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The Stepping Stones in the Post-Pandemic World

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December 13, 2021

What is the issue?

In the process of building global economic partnerships during the post pandemic time, there is a window for India to take on a crucial role.

Why global partnership pandemic is necessary in post pandemic world?

  • The COVID-19 pandemic has impacted lives and livelihoods across the world affecting growth, trade and investments, and employment, among others.
  • Building resilience to cope with future threats has necessitated strengthening global partnerships now more than ever.
  • Trade and investment flows have proved to be an engine of growth for many countries, in spite of temporary supply chain glitches.
  • Governments, global institutions, industries around the world have joined hands to tackle the global challenge and help countries rebuild their economies.
  • Key among these includes economic growth, building competitiveness of the investment climate, ensuring sustainable development paths and adapting to technology acceleration.

How can India benefit from it?

  • A world changing at multiple levels combines to offer a window to India to play a more significant role in the global commons.
  • India’s role as a reliable and trusted player in the comity of nations stands enhanced.
  • India’s recent reforms, role in combating the pandemic, and start up vibrancy, among other factors, have attracted global attention.
  • The reforms can help India attain a faster growth path, provided its integration with the world economy and trade gains strategic intensity.
  • At the same time Global partnerships help in building mutual trust and understanding by agreeing upon common rules and standards and sharing of best practices.

What needs to be done to sustain economic recovery process?

  • Stimulus packages - The long-term sustainability of the growth process needs to be strengthened.
  • For this massive stimulus packages must be retained for economic and financial stability.
  • Address inequality – The issue of growing inequality of incomes among countries as well as within countries must be addressed.
  • Inclusive growth - Mechanisms for reviving growth in certain parts of the world should be coordinated effectively so as not to disrupt it in other parts of the world.
  • Supply chains - As the world emerges from the pandemic, facilitating medical supplies and essentials will continue to remain a top priority. For this, supply chains must be kept flowing.
  • Open and transparent markets –Free flow of goods, services facilitating trade partnerships at both regional and multilateral levels to better protect consumers and producers is required.
  • Enhancing open and transparent markets, technical assistance and reduction of complex process and arrangements must be promoted.
  • Competitiveness – For promoting competition, new opportunities and avenues across potential high growth sectors such as manufacturing and start-ups must be leveraged.
  • Fill in the technology gaps - Some structural changes are likely to become permanent in the future.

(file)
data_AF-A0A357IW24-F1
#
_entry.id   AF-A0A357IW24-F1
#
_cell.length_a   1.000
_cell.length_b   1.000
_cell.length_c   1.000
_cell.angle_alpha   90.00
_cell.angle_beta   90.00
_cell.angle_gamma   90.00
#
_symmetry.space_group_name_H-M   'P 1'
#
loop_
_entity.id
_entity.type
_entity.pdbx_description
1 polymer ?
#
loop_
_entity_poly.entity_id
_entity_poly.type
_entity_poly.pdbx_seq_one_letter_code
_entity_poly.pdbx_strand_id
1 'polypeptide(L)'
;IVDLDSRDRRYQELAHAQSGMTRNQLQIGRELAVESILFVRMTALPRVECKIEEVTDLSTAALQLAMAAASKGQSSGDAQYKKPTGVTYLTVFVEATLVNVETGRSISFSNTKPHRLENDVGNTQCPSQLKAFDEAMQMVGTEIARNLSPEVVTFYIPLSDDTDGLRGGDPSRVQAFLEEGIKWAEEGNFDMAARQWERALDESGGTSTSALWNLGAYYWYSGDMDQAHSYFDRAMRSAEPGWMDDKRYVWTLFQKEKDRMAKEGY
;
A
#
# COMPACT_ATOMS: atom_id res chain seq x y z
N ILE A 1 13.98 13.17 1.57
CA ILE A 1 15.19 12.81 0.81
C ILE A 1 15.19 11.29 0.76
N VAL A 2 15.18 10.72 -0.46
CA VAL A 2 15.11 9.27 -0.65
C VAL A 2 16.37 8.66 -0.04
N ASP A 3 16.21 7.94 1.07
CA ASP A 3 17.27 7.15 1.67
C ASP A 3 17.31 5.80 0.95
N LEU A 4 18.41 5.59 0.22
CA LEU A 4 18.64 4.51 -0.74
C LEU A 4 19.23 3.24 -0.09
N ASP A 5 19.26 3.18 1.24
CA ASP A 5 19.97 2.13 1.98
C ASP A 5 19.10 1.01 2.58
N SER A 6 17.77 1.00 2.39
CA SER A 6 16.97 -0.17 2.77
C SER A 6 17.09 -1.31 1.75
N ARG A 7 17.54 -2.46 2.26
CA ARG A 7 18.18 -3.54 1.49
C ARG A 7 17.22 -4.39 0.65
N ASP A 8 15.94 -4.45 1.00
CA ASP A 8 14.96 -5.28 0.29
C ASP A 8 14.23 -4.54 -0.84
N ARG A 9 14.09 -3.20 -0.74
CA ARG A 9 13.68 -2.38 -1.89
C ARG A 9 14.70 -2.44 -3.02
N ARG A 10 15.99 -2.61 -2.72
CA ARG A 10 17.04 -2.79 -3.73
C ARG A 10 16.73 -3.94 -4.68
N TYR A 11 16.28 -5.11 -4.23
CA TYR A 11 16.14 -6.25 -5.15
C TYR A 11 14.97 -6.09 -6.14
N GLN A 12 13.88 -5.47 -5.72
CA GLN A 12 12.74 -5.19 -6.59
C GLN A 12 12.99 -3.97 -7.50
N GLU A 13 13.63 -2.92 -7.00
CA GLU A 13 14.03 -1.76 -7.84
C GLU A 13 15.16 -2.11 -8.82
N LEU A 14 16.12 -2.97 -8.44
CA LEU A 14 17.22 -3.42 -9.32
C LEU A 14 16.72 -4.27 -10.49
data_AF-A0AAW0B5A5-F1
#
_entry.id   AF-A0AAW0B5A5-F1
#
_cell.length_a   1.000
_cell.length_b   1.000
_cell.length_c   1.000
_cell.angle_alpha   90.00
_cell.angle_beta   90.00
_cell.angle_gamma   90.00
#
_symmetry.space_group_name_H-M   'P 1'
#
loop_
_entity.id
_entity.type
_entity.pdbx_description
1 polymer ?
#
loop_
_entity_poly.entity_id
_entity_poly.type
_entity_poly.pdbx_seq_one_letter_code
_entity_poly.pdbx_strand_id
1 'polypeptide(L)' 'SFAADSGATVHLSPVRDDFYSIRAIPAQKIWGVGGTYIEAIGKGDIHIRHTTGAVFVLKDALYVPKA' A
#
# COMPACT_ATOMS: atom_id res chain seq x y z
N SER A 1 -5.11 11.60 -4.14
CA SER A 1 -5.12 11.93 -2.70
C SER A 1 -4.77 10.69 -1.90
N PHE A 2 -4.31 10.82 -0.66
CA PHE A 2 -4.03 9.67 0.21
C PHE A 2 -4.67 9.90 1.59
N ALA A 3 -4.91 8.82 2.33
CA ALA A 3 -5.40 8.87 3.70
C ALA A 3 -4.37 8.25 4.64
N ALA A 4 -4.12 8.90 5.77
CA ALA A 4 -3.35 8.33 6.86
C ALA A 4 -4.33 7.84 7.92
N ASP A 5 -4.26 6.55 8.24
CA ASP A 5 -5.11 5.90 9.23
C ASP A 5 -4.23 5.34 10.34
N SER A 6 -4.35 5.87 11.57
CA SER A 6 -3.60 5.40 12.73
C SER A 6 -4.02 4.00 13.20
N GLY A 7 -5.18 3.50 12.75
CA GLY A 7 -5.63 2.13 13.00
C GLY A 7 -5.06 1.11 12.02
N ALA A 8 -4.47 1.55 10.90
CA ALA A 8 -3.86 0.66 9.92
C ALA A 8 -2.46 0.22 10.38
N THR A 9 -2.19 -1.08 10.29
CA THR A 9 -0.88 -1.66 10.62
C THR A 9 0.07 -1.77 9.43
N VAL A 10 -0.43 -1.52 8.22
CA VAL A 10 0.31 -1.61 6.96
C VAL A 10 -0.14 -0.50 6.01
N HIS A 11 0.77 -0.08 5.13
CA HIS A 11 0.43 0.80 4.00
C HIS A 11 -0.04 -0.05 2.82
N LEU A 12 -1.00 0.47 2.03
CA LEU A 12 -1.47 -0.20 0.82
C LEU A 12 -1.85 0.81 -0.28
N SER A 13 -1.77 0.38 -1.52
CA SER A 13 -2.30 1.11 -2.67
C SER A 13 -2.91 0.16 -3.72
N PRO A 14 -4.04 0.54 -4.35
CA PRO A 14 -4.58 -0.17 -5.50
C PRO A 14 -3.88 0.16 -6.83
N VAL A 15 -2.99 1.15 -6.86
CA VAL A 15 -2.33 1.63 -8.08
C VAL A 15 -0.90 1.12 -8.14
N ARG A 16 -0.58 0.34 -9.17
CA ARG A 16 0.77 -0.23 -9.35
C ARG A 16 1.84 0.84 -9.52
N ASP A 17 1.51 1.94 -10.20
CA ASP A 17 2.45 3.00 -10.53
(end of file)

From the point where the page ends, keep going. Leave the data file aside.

• This is especially true of the digital economy which completely transformed the future of work and the business landscape.
  • The rise of telemedicine, remote work and e-learning, delivery services, etc. necessitates equitable adaptation to advanced technologies as well as building robust infrastructure, and occupational transitions.
  • Skill development - Skill development and worker training, investments in education and vocational training, and capacity building would be some key areas of focus.
  • Investments in innovations. The convergence of the global scientific community for vaccine development and genome sequencing has set a new precedent in international cooperation.
  • Global collaboration in areas including research and development and Industry 5.0 and investments in digital and corporate strategy can similarly become key drivers of industrial development.
  • Climate Change issues - International alliances and cooperation on building sustainable solutions, green technology, resource efficiency, sustainable finance, etc., must be promoted to fast-track meeting the sustainable development goals and for ensuring all-round development.

What looks promising for India?

  • Data on world trade - United Nations Conference on Trade and Development (UNCTAD) indicates an increase of 22.4% in the value of global merchandise trade in 2021 compared with 2020.
  • World trade is expected to stand about 15% higher than before the COVID-19.
  • The global foreign direct investment (FDI) flows in the first half of 2021 reached an estimated $852 billion, showing stronger than expected rebound momentum.
  • FDI flows in developing economies also increased significantly, totalling $427 billion in the first half of 2021.
  • The diplomatic advantage – India played a leadership role in the supply of COVID-19 vaccines, besides undertaking a massive vaccination programme for its own citizens.
  • It is undertaking serious action in meeting its other global commitments including climate change where its targets will make a difference.
  • In the post-pandemic world, it will be critical for India to improve on its investment, climate and systematically target its export capabilities across sectors and regions.
  • Ease of doing business and new free trade agreement with major markets will help it integrate closely with the world through trade and investment partnerships.
  • The time for India is here and it must leverage international partnerships for ensuring a robust and sustained economic growth path.

 

Reference

  1. https://www.thehindu.com/todays-paper/tp-opinion/the-stepping-stones-in-the-post-pandemic-world/article37941662.ece
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